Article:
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ScottyMcGeester's avatar

Is it true that some Eastern cultures don't find bodily functions rude?

Asked by ScottyMcGeester (1001 points ) September 12th, 2012

I always hear things like “In the Middle East, India, China and/or Japan it’s okay to burp or fart because it means you enjoyed the meal.” But I’m never sure if that’s actually true or some myth that people always pass around.

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15 Answers

elbanditoroso's avatar

Turn the question around.\

Why do ‘western’ cultures’ find natural body functions offensive? We all fart, we all burp – it is the most natural thing in the world, and everyone, everywhere, does it.

Why then, in the ‘civilized west’, are these most natural things seen as offensive? They shouldn’t be, any more than eating or sleep. Nature is nature.

ScottyMcGeester's avatar

@elbanditoroso Yeah, it’s annoying. There’s a lot of things the western culture suppresses.

wundayatta's avatar

I’m not sure. I know that the Chinese find slurping to be a good thing. Also in some cultures, belching after a meal is good manners.

But farting? Not sure that’s good manners anywhere. And I doubt if anyone shits where they eat. And in cultures that do not use utensils, it is really bad manners to touch food with your left hand (the hand you wipe with—assuming right handedness).

deni's avatar

@elbanditoroso Come on. I’m all about farting if it doesn’t smell, but I have smelled some seriously disgusting, gag-reflex-triggering farts, and I think that is rude. I am far from a clean freak or germaphobe or any of that shit, but farting is another thing. And like I said, if it doesn’t smell, and you know it won’t smell, then sure do it. But if you have to fart at a family dinner while we’re saying grace with my grandma, and you drank a ton of gin last night and you know it might literally knock someone out, THEN it’s rude. Seriously though, morning after alcohol farts are among the worst thing that exist on this planet. That is why I air on the side of caution.

@wundayatta Wouldn’t right handed people wipe with their right hand? I do. Am I weird? Never asked anyone else what hand they wiped with haha.

Judi's avatar

@deni, but mid binge farts, when exposed to a bic lighter can be hilarious.

zensky's avatar

Women fart?

geeky_mama's avatar

Manners vary all around the world.

Slurping soup/noodle dishes is considered normal/expected in most of Asia (notably China, Korea and Japan). Burping is something men can do with impunity – it’s seen as a compliment to the cook.
Public urination is still pretty commonly accepted in rural parts of China and Japan as well. (Though in big cities this is frowned upon as of the last decade or so.)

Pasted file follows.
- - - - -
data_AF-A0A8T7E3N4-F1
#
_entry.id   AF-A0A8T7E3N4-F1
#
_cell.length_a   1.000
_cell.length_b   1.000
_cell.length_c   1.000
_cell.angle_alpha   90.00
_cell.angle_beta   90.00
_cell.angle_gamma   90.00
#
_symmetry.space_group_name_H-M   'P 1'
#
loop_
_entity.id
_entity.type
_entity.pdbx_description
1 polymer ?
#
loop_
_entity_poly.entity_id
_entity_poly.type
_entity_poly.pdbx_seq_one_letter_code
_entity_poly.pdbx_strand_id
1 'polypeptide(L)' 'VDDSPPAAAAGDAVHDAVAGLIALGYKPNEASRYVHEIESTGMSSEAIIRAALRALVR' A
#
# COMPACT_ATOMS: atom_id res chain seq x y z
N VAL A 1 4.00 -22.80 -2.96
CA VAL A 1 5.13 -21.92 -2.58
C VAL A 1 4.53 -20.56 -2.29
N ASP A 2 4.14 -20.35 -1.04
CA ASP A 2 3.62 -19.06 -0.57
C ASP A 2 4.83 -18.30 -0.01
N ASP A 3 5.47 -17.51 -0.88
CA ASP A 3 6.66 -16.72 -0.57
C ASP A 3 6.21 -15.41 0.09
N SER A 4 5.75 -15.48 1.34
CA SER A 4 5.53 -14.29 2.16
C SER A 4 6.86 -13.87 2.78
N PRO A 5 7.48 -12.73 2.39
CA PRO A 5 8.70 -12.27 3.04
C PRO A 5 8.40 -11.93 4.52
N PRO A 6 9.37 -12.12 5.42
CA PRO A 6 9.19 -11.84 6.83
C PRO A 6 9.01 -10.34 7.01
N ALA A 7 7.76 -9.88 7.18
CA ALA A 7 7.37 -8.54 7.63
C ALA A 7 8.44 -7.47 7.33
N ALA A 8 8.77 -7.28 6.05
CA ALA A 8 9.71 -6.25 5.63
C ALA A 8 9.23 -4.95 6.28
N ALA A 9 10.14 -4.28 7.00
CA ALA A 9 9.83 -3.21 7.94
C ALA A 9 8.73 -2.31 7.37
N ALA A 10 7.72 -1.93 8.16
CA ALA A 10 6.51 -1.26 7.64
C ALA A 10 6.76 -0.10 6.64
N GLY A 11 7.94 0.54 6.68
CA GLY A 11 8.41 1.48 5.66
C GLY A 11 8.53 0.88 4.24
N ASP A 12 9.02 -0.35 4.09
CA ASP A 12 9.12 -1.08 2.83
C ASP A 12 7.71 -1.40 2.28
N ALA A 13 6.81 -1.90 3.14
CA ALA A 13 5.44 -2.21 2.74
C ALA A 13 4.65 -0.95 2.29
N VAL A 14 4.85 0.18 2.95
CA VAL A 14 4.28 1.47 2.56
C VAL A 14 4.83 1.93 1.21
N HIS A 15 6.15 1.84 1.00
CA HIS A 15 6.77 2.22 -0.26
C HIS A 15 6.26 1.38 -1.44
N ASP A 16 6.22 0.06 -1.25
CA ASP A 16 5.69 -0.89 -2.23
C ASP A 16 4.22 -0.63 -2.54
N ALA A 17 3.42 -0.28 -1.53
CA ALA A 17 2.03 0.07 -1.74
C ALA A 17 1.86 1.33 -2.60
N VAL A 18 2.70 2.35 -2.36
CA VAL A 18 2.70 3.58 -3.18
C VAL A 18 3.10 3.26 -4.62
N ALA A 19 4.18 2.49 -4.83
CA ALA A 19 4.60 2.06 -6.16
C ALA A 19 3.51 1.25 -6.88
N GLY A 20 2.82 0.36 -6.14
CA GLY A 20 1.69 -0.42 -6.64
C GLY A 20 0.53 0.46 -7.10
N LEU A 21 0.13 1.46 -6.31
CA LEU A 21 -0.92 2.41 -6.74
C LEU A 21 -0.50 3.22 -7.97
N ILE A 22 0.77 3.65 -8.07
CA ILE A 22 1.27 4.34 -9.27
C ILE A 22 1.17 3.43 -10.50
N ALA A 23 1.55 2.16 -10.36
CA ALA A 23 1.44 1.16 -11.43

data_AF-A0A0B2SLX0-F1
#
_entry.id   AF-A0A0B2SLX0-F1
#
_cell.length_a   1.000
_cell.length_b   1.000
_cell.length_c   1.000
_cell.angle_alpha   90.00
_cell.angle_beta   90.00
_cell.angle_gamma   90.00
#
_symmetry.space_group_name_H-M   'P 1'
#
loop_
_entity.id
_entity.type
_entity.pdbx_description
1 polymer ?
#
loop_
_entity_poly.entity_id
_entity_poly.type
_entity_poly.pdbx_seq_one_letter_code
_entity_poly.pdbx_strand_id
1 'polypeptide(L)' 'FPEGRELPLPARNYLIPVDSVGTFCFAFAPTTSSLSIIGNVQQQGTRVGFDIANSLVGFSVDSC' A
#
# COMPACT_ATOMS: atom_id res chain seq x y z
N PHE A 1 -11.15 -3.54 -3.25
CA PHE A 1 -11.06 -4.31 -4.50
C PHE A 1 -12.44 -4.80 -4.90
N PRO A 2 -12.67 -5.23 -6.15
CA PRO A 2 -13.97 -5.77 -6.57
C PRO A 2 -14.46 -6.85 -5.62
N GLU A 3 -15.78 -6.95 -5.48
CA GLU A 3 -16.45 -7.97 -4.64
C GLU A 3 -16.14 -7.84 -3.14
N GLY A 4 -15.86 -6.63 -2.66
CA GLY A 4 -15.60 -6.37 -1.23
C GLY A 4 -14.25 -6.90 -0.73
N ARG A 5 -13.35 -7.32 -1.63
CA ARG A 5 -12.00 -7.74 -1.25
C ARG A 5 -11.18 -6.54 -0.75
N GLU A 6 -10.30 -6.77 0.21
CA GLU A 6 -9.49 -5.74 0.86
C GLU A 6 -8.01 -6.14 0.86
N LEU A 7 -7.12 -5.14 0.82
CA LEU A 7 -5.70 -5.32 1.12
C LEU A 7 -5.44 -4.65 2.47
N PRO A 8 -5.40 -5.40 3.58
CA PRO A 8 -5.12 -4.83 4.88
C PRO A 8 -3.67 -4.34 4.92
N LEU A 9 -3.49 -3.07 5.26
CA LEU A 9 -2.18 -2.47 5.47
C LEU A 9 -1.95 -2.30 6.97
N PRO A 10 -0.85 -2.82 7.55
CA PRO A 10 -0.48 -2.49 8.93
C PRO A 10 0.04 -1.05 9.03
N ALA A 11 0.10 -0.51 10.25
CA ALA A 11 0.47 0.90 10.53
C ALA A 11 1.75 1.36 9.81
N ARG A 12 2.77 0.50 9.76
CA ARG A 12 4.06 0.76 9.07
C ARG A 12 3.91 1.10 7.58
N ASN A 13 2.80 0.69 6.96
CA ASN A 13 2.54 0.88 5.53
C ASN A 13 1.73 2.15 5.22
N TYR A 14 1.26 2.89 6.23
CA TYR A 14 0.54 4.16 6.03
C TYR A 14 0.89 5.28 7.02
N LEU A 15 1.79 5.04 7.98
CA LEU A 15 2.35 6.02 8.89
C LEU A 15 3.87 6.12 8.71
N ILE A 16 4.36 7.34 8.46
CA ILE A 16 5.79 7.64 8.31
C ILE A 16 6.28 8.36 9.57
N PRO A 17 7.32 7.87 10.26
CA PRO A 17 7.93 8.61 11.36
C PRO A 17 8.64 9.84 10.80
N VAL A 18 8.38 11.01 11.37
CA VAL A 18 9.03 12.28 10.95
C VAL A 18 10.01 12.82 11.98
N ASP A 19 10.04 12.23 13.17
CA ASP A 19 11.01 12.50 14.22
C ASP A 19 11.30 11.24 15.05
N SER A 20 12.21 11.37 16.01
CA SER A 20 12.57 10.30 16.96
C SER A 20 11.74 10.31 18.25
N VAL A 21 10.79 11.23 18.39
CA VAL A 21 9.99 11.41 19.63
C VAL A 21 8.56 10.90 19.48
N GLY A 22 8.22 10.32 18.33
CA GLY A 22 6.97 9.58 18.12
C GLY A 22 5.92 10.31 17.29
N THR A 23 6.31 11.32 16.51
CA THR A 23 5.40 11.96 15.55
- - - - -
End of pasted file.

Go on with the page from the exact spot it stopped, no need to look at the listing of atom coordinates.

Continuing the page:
This (public urination) always struck me as incredibly different from my western upbringing though I witnessed it (and spitting, also considered fine – as long as it was directed at a Benjo—the open sewer grates on the sides of the road) over and over.

Conversely, it is considered terribly rude to blow one’s nose (into a hanky or tissue) in public in Japan. You need to do that in the privacy of a bathroom stall. So, blowing your nose into a tissue = rude, peeing on the side of the road = OK.

For women, even the SOUND of urination is to be masked (there is a button on the toilet that makes an electronic flushing sound) in public restroom stalls. Oh, and there’s an app for that, too.
So..clearly there is a different standard for women than men in Japan… Farting and burping are not something polite women in Japan ever do. And, when and if we should pass gas it would be scented like cherry blossoms.

Oh, and the table manners that I was taught as a young girl (when not eating, hands should be folded in my lap, never leaning on the table) were considered rude most of Western Europe and China – where I’ve been reminded by business colleagues repeatedly that when not holding utensils, your hands should be visible above the table. (France, Italy most of all, but Germany and China, too.)

wundayatta's avatar

@deni I assume that most people who are right-handed, wipe with left hand, and vice versa. You might be ambidextrous somewhat. Do you do anything else with a different hand from other people, or from yourself, if you know what I mean?

deni's avatar

@wundayatta I’m right handed and do everything with my right hand. I literally almost never use my left hand, it is pretty uncoordinated I find which I assume is simply from never using it for much. Maybe I should ask a question: “What hand do you wipe with?”

Keep_on_running's avatar

I’m right-handed and wipe with the right too.

Sunny2's avatar

@wundayatta It’s the Japanese who find not slurping wrong. A Japanese friend, who spent 5 years here in the U.S., tells the story of having lunch with a group of business friends on his return to japan. Everyone was happily enjoying their soup when the table went silent and everyone looked at him. He wasn’t slurping! He’d gotten out of the habit.

RocketGuy's avatar

As described in the movie Tampopo, slurping indicates that the soup is the correct (hot) temperature. Slurping is the proper way to consume good soup.

6rant6's avatar

Are these bodily functions: eating, drinking, running hands through hair to distribute oil, scratching our heads, flexing tired feet, putting lemon balm on our gall bladders, rubbing our eyebrows, coughing, sneezing? I would say yes to most of those. Maybe it’s not whether but __which__ bodily functions are permissible.

Adagio's avatar

@zensky No, who told you that?

rooeytoo's avatar

I always had to chuckle in Korea when after the meal everyone would sit at the table and pick their teeth but only behind their cupped hand. Different cultural habits are always, well strange to the uninitiated.

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